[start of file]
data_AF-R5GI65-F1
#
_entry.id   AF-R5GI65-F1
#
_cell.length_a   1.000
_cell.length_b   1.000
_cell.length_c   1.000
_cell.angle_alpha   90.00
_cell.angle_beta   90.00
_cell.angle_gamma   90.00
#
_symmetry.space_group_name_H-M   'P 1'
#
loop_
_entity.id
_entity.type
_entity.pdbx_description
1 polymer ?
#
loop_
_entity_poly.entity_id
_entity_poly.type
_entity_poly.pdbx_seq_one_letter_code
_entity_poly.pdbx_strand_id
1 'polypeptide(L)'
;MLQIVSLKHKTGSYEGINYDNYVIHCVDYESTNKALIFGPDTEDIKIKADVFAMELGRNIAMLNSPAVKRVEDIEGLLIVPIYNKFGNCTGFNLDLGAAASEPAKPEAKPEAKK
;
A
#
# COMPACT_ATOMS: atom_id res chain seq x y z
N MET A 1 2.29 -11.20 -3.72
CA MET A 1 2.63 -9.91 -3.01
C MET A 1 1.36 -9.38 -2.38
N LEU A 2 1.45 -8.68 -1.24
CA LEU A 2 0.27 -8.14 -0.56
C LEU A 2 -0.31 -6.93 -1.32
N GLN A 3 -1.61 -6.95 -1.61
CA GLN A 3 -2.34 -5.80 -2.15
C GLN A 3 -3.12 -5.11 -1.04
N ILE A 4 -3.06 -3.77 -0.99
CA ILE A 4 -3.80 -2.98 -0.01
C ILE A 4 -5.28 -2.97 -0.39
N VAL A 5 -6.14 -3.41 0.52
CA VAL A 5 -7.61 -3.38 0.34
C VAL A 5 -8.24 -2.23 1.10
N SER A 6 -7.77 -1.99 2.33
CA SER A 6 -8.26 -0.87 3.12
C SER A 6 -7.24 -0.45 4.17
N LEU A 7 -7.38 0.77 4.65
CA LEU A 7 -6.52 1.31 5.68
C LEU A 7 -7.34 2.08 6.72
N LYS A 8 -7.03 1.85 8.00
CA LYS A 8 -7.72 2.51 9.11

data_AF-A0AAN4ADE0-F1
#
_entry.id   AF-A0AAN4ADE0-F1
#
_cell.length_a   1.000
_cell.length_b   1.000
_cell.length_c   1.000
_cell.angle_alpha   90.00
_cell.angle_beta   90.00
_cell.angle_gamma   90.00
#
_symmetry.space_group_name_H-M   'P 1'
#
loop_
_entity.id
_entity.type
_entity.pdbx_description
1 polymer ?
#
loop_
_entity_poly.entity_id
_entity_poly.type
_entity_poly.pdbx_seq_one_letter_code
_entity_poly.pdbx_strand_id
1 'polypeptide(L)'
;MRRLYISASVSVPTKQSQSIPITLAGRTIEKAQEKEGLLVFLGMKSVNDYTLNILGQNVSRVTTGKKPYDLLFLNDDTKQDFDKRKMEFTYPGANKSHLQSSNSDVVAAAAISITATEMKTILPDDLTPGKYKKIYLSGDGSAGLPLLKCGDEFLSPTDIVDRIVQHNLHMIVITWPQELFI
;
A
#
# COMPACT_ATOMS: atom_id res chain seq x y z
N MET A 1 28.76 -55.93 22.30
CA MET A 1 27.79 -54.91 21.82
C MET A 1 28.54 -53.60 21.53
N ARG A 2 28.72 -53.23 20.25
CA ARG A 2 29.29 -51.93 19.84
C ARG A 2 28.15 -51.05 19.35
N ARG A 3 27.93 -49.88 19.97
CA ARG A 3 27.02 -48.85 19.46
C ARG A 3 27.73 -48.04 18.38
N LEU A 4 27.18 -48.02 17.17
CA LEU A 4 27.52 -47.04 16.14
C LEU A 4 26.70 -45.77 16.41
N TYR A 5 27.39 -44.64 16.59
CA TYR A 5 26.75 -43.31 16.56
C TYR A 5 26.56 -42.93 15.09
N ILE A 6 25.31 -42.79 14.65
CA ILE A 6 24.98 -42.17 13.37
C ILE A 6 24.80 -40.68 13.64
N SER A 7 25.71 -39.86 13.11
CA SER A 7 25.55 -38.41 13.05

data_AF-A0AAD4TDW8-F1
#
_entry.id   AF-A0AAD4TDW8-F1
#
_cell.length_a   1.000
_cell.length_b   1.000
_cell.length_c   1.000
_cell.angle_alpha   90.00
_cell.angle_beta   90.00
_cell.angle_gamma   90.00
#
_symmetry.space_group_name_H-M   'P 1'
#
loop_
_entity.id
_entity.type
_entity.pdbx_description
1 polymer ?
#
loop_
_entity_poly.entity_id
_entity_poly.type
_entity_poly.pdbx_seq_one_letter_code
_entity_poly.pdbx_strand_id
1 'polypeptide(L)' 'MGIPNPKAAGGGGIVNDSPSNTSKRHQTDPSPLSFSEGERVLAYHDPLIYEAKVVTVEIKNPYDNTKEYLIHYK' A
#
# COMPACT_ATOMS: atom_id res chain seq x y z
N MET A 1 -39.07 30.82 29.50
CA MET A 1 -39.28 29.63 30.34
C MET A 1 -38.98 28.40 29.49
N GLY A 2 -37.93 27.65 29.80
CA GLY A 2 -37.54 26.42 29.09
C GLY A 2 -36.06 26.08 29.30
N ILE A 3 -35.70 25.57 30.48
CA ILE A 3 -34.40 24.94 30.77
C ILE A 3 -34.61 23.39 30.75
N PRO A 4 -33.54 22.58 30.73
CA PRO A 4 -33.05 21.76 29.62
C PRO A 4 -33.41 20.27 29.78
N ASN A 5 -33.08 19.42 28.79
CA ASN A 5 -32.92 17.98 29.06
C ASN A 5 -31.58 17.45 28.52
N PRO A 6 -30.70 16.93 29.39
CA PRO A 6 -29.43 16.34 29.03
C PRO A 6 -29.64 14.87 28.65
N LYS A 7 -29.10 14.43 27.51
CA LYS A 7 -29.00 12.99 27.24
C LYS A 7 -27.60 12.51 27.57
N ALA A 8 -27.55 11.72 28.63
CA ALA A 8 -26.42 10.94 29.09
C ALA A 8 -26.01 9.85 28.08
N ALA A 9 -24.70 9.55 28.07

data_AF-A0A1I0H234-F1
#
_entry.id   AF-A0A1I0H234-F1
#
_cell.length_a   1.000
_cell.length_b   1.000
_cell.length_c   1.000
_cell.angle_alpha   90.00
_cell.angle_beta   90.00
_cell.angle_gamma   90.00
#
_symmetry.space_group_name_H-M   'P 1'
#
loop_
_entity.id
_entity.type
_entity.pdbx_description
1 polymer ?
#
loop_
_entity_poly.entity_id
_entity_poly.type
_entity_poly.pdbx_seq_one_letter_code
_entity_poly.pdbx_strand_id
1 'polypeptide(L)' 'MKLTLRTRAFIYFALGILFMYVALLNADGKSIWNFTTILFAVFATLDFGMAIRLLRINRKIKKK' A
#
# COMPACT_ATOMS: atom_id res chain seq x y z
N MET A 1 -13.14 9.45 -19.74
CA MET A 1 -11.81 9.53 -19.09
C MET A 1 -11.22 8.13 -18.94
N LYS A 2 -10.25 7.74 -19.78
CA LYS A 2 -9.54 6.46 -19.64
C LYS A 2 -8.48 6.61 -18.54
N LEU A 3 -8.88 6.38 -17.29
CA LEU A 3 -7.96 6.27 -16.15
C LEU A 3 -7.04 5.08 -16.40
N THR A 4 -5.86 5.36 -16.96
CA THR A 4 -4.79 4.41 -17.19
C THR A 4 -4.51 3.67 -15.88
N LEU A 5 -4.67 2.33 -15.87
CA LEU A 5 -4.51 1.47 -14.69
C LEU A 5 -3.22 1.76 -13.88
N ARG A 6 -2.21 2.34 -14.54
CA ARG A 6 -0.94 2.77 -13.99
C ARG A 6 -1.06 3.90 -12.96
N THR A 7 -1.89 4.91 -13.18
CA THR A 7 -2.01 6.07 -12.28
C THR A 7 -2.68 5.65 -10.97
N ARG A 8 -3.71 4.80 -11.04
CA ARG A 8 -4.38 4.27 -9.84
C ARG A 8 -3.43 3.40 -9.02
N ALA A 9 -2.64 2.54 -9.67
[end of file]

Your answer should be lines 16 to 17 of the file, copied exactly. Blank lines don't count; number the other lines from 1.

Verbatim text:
_entity.type
_entity.pdbx_description